It may seem that the conflict between the Czech Republic and Poland around Turów coal mine is a typical dispute of only ecological nature. But a question of further operation of Turów coal mine and local power plant may cause a bitter political conflict within the EU.
Prague could have discussed this issue with Warsaw in a friendly way on the bilateral level. They also could resolve this dispute on platforms of the Visegrad Group. In February of this year the Czech Republic filed a lawsuit before the EU court. It was rather unexpected step for Poland’s leadership. After that Poland’s prime minister Mateusz Morawiecki tried to resolve this conflict with his Czech colleague Andrew Babish. The Czech Republic stated about its readiness to move ahead with its lawsuit.
Warsaw assumes that it is Germany which stands behind such hard position of the Czech Republic. It worth mentioning that Turów coal mine is located in Lower Silesia Province bordering with the Czech Republic and Germany. Both countries claim that their residents of border regions suffer from polluted air, lands and ground water due to the operation of Poland’s mine and power station working on local coal. Poland’s leadership considers that Germany wanted to get Poland back because of its hard position regarding NS2 and legal recourse regarding the binding nature of the third energy package for NS2. It is believed that Berlin had persuaded Czech leadership take the hard stand, demanding Warsaw to immediately close the mine and local power station working on coal.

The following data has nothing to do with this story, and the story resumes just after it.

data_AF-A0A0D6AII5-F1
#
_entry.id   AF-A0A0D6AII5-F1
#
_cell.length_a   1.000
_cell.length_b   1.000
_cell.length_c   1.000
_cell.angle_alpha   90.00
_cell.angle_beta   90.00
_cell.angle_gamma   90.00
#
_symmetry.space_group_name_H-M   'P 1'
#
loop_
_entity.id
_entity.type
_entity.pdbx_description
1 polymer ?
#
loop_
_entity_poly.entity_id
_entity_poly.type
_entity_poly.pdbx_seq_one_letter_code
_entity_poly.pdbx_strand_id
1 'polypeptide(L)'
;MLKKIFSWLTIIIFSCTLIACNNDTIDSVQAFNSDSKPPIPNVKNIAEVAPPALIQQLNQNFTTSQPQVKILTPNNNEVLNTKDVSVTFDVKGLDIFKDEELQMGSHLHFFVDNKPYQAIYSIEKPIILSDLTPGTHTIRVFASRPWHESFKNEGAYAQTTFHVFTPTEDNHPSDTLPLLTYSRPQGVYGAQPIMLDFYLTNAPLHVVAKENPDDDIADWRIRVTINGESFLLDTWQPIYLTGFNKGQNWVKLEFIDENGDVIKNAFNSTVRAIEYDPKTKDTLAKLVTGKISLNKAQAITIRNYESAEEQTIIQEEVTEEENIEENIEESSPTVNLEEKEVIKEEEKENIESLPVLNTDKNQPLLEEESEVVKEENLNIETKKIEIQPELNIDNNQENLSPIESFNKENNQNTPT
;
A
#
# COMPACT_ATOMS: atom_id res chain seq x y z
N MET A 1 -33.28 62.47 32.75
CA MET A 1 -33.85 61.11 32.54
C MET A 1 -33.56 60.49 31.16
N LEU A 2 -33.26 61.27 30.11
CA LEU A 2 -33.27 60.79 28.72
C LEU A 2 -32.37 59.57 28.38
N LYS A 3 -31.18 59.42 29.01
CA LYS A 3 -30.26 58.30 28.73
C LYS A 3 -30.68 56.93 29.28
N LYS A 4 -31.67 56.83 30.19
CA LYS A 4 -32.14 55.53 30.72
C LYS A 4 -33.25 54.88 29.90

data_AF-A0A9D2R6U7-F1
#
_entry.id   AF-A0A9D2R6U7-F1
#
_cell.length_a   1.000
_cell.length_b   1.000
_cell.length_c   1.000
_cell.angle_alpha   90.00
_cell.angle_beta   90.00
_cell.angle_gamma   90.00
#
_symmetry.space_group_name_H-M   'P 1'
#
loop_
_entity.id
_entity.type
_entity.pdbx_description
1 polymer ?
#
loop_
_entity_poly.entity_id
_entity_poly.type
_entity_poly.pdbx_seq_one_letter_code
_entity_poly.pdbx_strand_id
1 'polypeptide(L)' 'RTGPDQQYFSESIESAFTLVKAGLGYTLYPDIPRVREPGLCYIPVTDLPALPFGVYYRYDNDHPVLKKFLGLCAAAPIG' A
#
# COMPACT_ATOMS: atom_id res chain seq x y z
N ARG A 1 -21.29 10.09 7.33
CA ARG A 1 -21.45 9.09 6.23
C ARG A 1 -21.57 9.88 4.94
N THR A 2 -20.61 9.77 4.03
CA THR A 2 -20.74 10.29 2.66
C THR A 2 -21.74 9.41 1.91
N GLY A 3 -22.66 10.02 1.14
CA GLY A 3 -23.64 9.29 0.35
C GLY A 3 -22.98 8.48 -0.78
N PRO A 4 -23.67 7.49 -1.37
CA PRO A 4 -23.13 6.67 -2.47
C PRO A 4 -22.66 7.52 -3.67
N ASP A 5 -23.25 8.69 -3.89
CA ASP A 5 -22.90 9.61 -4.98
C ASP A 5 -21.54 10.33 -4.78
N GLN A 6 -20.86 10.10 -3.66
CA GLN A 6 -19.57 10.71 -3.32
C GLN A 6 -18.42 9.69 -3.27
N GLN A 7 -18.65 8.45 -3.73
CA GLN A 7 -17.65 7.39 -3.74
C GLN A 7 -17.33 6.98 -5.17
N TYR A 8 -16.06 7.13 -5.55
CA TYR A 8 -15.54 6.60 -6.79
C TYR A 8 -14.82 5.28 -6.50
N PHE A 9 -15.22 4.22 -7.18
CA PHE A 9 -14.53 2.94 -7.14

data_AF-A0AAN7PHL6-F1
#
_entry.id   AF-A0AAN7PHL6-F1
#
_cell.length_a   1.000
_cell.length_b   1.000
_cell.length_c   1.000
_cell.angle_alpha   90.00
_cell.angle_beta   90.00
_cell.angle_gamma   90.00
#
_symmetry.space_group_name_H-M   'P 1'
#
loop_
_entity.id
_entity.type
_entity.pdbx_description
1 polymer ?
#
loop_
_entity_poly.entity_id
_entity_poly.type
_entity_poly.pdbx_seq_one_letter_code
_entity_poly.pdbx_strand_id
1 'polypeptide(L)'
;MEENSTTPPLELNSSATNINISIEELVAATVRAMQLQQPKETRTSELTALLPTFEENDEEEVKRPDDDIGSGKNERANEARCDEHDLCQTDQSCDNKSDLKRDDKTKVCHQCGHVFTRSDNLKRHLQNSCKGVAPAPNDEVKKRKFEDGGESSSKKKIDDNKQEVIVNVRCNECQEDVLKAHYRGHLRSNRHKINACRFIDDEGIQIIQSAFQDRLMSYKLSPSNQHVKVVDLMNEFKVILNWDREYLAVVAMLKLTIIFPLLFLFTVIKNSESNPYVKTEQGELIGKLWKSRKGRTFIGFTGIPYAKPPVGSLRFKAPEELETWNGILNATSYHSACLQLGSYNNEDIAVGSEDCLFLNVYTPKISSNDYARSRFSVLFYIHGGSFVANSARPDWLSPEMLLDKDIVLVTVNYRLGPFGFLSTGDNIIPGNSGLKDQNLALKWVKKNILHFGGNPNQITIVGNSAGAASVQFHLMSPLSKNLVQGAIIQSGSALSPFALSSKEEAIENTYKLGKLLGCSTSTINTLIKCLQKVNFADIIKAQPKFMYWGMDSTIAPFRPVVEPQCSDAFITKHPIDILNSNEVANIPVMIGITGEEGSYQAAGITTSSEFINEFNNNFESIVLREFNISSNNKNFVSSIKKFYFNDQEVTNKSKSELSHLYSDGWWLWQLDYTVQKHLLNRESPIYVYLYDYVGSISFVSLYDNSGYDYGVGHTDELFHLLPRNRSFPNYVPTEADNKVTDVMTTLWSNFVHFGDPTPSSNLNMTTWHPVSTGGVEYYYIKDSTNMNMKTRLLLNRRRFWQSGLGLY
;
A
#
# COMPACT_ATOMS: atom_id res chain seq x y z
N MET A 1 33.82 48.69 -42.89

It worth mentioning that Germany’s leadership not only voted for the so-called “green direction” within the framework of energy policy, but also managed to persuade the EU to stick it too. Poland, that mainly uses coal, has become the only EU state that had not undertook to reach new climate standards by 2050. For example, Berlin and Brussels insist on the necessity of closing power plants working on coal by 2030. But Poland has only stated its intention of gradual closure of the power plant working on brown coal – the Bełchatów Power Station.
Warsaw also stated its plans of gradual termination of electricity generation using coal, of increasing nuclear power use and a share of renewable energy sources and decarbonisation of the economy. But Poland’s politicians key word is ‘gradual’. In turn, Prague strictly requires Warsaw immediate closure of Turów coal mine and the power plant. But Warsaw considers such ultimate position unacceptable.
This conflict involves not only ecologists, local population, but also politicians of the three countries. Considering elections that were or will be held in each of these countries, different political forces may use the dispute to gain a political support.
But the problem is public figures never limit themself by a separate question going beyond its limits. Most politicians usually use all available facts, controversial issues and sharp contradictions. This was the very case.
Polish politicians have started to recall the fact that post-war Germany had not payed any reparations to Poland after long occupation of Poland by the Third Reich. Czech politicians recalled the military conflict between the Second Polish Republic and Czechoslovakia over Cieszyn Silesia in 1919 and the annexation by Poland of some Czech and Slovak territories (Zaolzie) in 1939. German politicians started reminding that in 2004 Poland did not meet many Copenhagen and Maastricht criteria to join the EU, then Germany agreed to close its eyes to this fact. Today Poland is one of the main consumers of the EU funds that are replenished from the German economy.
So, local, as it may seem, ecological dispute between Prague and Warsaw has unexpectedly become a political one with a potential of aggravation in future.